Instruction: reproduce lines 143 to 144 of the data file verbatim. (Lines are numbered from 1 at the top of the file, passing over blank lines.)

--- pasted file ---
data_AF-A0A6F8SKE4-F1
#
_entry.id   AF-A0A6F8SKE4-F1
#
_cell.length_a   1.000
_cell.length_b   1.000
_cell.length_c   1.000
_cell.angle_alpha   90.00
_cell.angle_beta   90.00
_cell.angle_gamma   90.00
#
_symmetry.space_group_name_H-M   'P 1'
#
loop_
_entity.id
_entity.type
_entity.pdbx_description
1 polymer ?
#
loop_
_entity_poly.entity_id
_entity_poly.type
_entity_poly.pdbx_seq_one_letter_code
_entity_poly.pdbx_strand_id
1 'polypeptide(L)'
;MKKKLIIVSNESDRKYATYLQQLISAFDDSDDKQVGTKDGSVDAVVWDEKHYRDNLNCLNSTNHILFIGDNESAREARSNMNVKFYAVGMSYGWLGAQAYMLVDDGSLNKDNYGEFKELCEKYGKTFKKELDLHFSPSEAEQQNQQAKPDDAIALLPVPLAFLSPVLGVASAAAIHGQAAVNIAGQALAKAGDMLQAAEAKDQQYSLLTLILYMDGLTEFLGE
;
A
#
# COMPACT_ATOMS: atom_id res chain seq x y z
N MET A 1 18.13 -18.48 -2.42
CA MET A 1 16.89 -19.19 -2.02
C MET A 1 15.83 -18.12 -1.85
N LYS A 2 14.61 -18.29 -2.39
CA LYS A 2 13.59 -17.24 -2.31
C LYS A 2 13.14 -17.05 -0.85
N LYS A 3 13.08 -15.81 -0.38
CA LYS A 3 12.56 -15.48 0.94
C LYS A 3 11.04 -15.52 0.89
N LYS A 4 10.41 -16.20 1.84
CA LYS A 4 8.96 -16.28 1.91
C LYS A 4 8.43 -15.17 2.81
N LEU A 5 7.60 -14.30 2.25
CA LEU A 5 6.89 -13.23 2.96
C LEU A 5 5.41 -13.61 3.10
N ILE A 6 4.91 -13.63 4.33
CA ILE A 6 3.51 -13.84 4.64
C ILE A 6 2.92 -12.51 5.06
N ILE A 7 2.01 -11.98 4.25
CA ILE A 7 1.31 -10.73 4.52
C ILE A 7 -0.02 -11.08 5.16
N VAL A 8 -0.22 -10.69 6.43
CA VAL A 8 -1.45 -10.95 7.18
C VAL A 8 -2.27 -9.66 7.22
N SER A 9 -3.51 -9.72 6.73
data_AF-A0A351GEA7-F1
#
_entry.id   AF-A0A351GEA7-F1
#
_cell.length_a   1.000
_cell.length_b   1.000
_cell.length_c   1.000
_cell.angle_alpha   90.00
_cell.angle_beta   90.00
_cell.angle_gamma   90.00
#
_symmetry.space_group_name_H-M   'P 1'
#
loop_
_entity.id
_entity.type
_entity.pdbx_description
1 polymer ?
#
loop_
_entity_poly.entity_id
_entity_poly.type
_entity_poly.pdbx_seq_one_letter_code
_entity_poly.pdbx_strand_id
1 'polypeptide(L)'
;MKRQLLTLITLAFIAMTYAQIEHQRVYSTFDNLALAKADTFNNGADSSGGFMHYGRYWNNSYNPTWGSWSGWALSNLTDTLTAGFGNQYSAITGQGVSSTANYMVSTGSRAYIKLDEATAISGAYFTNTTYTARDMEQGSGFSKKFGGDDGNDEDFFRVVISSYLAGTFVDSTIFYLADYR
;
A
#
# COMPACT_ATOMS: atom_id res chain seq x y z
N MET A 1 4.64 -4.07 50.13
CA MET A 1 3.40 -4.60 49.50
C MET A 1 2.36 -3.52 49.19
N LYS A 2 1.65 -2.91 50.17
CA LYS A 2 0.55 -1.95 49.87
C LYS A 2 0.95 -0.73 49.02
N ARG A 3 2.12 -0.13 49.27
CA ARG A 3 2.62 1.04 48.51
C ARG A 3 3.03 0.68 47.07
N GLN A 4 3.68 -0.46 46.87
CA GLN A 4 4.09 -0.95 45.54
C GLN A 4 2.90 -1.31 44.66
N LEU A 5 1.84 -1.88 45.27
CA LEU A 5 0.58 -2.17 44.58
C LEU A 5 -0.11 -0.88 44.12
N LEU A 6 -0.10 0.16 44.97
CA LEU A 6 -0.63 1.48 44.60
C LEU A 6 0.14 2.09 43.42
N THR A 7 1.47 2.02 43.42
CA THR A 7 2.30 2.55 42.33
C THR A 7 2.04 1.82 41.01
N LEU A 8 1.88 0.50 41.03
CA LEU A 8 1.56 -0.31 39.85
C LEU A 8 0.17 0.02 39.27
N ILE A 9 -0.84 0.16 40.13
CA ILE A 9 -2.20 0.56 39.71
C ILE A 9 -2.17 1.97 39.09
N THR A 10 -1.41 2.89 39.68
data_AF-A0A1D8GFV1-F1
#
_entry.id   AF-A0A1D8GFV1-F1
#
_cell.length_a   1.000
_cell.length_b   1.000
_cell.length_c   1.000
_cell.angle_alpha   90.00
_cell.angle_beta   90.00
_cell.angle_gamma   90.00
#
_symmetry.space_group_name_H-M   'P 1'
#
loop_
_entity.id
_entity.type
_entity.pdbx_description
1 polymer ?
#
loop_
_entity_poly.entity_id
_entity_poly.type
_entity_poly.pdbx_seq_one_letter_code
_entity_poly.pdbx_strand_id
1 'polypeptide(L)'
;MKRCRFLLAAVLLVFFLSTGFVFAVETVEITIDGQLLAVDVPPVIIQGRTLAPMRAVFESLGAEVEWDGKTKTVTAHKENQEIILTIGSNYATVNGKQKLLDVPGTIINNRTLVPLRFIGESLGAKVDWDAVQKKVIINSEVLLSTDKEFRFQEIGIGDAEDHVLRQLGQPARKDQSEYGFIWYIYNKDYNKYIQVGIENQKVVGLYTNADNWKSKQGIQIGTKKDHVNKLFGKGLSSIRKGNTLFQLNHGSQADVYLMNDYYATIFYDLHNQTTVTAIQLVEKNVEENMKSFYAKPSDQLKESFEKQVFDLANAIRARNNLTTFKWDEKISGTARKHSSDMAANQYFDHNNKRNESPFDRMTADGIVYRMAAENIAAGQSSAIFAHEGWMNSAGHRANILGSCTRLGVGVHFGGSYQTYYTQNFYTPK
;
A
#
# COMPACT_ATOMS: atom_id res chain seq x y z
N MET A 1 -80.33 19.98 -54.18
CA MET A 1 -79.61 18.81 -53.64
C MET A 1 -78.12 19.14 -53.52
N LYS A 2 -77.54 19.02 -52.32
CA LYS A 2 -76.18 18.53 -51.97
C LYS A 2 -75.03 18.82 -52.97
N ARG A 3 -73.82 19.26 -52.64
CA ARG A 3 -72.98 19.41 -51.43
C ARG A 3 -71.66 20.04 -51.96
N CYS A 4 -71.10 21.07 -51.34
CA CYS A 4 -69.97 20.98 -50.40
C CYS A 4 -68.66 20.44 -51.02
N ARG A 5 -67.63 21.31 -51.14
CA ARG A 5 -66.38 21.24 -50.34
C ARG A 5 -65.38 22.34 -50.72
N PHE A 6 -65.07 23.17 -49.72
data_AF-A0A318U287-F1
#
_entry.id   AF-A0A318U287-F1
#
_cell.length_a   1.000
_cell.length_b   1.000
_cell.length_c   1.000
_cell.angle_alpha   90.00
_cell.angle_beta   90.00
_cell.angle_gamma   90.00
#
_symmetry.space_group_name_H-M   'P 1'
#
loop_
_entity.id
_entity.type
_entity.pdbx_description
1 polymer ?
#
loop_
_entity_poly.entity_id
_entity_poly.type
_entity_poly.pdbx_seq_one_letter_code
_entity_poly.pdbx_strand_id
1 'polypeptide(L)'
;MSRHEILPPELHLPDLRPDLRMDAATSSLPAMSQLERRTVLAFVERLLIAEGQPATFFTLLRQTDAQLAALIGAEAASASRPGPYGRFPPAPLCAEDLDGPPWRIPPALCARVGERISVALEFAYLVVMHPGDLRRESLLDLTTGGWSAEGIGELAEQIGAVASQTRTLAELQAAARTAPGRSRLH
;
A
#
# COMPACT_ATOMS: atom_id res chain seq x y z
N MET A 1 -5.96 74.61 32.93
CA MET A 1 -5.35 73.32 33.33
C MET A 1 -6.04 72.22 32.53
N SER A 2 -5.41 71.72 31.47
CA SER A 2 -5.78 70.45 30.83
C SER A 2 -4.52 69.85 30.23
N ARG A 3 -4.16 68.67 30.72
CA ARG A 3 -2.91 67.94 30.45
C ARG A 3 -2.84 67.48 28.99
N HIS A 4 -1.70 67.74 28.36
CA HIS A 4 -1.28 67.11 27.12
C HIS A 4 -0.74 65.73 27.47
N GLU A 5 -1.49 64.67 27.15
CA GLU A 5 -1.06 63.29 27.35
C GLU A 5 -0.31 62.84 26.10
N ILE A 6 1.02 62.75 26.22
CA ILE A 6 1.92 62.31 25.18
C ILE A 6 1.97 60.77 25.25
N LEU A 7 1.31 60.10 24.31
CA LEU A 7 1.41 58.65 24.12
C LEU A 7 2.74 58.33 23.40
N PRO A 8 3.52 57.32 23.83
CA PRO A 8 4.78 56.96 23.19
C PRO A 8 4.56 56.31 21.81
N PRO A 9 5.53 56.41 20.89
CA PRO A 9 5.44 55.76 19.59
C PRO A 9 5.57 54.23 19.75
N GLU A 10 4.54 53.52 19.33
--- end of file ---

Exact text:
# COMPACT_ATOMS: atom_id res chain seq x y z
N MET A 1 -80.33 19.98 -54.18